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California Proposition 114, Reclassification of Peace Officers Covered by the Death Penalty Act (1990)
Proposition 114 made some changes in California statutes to bring those statutes into compliance with the provisions of California Proposition 7 (1978), the "Death Penalty Initiative." Specifically, it incorporated legislative changes in the definition of a peace officer into the provisions of Proposition 7, thereby expanding the number and types of peace officers the murder of whom is a special circumstance potentially warranting the death penalty under the 1978 law.
The ballot summary for Proposition 114 said, "The Briggs Death Penalty Initiative Act defined "peace officer" for cases where a defendant is found guilty of first degree murder and the victim was a peace officer. No changes have been made to this section since its enactment. The Legislature has reclassified peace officers by grouping them into different categories and has made other changes since 1979. This statute conforms the definition found in the Initiative Act to the new classifications, thereby increasing the numbers and types of peace officers covered by the act. Summary of Legislative Analyst's estimate of net state and local government fiscal impact: Increases the number of peace officers for which the special circumstance for first degree murder applies. To the extent longer prison terms result, there will be unknown increases in state costs."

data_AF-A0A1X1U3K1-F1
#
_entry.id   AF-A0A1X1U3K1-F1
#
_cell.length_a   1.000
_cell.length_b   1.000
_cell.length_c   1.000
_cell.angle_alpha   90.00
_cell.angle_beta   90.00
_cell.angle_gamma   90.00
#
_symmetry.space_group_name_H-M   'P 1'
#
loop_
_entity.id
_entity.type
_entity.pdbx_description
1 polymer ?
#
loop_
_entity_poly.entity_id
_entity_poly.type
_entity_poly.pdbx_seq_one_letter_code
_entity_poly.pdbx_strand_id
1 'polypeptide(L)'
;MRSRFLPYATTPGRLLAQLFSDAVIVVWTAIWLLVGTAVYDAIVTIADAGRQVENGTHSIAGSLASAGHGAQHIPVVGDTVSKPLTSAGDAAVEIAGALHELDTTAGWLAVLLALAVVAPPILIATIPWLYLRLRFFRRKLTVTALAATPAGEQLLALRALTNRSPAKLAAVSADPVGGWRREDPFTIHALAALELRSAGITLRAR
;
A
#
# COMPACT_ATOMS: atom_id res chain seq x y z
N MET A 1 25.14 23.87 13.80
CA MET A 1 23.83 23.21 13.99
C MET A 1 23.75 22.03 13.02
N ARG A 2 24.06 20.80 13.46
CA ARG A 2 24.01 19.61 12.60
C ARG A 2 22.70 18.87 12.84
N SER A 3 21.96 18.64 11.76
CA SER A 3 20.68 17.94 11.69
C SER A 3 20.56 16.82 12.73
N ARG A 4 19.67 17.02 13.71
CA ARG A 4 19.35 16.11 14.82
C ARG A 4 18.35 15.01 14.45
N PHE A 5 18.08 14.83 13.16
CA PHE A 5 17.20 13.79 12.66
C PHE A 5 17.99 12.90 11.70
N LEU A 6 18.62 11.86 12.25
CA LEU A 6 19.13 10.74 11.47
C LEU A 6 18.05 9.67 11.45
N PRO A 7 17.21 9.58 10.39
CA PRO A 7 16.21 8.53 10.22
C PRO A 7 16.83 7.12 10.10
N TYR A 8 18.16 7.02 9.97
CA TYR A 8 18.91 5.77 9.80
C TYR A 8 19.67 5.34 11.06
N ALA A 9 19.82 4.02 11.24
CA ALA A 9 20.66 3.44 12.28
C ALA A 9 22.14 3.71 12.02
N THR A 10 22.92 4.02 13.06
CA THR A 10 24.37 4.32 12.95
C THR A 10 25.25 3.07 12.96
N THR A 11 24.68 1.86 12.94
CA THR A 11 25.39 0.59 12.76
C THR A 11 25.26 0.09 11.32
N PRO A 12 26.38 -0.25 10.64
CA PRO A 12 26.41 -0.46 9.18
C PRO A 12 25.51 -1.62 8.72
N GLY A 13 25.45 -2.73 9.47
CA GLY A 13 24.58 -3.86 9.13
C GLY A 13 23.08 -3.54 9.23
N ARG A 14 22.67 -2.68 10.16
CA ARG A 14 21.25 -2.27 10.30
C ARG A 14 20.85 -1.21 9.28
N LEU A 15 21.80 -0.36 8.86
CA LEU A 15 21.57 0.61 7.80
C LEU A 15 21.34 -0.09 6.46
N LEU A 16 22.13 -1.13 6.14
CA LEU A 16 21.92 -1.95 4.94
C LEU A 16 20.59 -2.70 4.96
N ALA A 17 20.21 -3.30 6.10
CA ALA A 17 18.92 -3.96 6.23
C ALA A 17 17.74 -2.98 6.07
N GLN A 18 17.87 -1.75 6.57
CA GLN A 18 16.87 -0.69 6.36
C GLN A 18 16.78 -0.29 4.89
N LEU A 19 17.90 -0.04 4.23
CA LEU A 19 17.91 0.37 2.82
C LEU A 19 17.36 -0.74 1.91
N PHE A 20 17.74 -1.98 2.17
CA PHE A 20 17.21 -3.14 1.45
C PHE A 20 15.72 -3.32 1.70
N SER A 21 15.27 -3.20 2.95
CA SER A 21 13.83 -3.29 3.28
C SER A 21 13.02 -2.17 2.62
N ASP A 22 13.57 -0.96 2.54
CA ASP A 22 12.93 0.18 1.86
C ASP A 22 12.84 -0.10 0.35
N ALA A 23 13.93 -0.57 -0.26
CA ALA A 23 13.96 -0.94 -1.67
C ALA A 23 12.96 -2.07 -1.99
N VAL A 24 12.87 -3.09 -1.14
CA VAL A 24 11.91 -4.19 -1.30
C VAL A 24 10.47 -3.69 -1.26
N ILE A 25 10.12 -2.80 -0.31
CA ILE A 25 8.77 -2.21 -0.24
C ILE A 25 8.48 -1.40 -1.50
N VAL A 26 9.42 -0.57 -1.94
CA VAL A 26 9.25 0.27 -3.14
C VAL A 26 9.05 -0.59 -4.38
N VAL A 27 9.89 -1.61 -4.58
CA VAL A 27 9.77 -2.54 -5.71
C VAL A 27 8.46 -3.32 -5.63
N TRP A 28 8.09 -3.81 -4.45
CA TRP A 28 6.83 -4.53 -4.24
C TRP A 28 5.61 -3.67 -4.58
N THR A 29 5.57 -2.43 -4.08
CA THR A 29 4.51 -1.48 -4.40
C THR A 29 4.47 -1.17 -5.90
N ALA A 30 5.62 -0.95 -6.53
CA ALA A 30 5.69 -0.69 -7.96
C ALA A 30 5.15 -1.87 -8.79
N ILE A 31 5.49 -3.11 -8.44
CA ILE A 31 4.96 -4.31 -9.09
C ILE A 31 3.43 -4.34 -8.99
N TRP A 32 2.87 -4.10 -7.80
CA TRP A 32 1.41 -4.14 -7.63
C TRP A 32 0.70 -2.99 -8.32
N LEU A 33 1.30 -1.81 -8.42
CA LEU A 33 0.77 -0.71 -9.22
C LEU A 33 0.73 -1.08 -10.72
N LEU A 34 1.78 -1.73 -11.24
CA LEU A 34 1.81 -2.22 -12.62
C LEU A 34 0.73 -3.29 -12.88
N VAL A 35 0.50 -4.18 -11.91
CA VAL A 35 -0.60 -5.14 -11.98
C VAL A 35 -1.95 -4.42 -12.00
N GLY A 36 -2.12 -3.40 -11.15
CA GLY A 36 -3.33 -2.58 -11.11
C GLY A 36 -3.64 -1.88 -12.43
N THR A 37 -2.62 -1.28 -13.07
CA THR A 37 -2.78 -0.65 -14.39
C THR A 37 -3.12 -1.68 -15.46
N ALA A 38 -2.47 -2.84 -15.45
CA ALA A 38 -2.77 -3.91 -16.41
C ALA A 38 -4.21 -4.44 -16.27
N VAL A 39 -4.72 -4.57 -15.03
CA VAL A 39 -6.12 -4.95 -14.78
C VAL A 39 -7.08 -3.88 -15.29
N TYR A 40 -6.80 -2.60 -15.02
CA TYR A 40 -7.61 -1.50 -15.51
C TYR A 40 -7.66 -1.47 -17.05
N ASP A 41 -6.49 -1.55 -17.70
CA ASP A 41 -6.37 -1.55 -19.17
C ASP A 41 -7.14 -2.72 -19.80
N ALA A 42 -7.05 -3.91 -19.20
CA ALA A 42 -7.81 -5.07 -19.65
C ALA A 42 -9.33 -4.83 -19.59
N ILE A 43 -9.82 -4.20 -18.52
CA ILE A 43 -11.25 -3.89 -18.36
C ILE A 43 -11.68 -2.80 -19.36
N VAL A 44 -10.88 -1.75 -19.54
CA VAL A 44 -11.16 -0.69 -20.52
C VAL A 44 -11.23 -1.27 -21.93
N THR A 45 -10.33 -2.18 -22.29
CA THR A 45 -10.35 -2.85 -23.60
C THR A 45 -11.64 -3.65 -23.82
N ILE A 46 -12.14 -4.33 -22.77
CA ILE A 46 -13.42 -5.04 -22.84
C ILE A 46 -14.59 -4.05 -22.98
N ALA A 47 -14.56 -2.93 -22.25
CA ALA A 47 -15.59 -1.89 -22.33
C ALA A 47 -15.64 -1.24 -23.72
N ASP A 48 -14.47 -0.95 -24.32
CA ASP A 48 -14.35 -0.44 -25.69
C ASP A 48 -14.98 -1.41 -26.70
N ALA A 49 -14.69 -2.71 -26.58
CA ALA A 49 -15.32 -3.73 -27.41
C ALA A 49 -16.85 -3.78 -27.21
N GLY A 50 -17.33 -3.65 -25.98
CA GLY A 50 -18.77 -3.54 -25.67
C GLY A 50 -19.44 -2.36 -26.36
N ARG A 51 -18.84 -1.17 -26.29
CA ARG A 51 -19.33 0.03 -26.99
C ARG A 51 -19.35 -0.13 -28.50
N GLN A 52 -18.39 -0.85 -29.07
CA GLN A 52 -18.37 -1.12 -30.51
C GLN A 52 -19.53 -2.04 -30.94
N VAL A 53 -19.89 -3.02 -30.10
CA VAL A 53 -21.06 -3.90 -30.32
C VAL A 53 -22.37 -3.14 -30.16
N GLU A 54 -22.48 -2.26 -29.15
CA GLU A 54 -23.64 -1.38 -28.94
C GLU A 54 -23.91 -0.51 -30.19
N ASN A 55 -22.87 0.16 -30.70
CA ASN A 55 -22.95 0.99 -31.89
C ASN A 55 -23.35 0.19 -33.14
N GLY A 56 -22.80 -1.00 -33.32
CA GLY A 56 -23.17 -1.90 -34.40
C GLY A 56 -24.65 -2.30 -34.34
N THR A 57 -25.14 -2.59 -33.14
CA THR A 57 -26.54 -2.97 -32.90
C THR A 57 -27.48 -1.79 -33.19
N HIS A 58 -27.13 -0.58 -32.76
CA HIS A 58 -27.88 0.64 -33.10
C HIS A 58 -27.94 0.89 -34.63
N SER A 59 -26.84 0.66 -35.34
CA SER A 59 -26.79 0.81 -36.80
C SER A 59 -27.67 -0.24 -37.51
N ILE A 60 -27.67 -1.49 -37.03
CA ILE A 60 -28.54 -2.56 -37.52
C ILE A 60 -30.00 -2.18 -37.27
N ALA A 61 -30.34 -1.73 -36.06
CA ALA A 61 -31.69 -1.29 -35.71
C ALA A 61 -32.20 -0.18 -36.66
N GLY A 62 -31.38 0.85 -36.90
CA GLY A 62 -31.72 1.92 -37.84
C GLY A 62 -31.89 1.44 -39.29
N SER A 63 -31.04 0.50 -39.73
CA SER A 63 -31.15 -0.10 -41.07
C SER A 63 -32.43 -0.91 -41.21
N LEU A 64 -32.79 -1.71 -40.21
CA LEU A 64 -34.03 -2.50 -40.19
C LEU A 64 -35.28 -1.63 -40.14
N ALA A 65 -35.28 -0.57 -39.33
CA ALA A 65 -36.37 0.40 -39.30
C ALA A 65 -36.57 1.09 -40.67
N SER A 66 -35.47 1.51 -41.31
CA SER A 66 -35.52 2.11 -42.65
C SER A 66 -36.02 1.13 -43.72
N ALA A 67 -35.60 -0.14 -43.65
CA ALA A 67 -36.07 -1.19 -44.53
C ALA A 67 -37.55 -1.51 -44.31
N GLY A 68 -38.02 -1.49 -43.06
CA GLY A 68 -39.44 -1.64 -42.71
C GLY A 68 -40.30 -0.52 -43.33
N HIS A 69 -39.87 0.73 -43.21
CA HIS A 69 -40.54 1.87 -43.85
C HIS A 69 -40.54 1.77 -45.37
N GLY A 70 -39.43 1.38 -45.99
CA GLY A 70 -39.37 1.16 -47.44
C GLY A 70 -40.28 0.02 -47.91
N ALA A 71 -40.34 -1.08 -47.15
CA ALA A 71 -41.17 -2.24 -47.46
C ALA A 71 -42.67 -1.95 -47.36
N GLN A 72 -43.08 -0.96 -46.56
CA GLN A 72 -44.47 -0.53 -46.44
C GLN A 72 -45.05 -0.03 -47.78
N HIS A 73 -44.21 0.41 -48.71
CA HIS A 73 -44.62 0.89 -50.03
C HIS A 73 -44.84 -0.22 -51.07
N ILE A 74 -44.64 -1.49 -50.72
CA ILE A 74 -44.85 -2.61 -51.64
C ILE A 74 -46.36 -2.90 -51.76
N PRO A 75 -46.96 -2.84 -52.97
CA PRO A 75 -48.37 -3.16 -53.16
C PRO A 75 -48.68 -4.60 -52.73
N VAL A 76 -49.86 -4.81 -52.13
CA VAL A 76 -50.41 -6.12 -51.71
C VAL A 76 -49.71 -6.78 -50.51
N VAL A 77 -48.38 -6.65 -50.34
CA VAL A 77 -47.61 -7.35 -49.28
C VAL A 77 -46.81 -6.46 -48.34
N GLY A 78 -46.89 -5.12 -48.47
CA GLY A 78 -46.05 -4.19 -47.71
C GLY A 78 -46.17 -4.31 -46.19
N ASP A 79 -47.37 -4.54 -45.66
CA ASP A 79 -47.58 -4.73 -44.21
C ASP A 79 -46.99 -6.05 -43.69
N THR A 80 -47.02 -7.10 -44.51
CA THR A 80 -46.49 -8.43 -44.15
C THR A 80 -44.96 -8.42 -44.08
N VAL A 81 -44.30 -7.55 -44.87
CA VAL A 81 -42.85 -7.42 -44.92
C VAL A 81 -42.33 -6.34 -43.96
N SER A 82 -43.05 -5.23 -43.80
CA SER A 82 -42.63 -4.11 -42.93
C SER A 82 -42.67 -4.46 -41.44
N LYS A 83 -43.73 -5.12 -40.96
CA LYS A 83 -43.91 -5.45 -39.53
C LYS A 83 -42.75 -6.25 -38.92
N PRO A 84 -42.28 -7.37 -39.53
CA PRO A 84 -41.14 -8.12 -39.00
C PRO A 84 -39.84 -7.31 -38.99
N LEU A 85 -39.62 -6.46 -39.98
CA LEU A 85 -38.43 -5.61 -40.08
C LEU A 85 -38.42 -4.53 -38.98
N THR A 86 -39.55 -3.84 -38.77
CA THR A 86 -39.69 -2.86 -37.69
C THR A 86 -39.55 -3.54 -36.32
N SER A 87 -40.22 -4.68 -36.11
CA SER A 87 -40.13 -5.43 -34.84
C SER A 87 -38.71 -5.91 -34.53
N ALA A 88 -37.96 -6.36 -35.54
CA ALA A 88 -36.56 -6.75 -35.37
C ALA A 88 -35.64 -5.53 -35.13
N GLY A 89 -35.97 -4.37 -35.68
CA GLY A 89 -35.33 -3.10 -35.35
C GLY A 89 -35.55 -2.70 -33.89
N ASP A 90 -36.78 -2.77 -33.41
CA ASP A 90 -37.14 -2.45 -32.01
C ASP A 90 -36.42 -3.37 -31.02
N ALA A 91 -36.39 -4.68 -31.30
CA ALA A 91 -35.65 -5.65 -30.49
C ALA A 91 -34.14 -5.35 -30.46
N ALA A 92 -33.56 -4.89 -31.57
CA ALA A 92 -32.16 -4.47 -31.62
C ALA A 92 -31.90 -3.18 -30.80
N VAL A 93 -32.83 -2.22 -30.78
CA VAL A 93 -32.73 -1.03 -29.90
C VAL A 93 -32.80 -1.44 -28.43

The fiscal estimate provided by the California Legislative Analyst's Office said:
- "This measure increases the number of crimes for which the special circumstances for first-degree murder may apply. To the extent these changes result in longer prison terms, there will be unknown increases in state costs."
Path to the ballot
The California State Legislature voted to put Proposition 114 on the ballot via Senate Bill 353 (Statutes of 1989, Chapter 1165).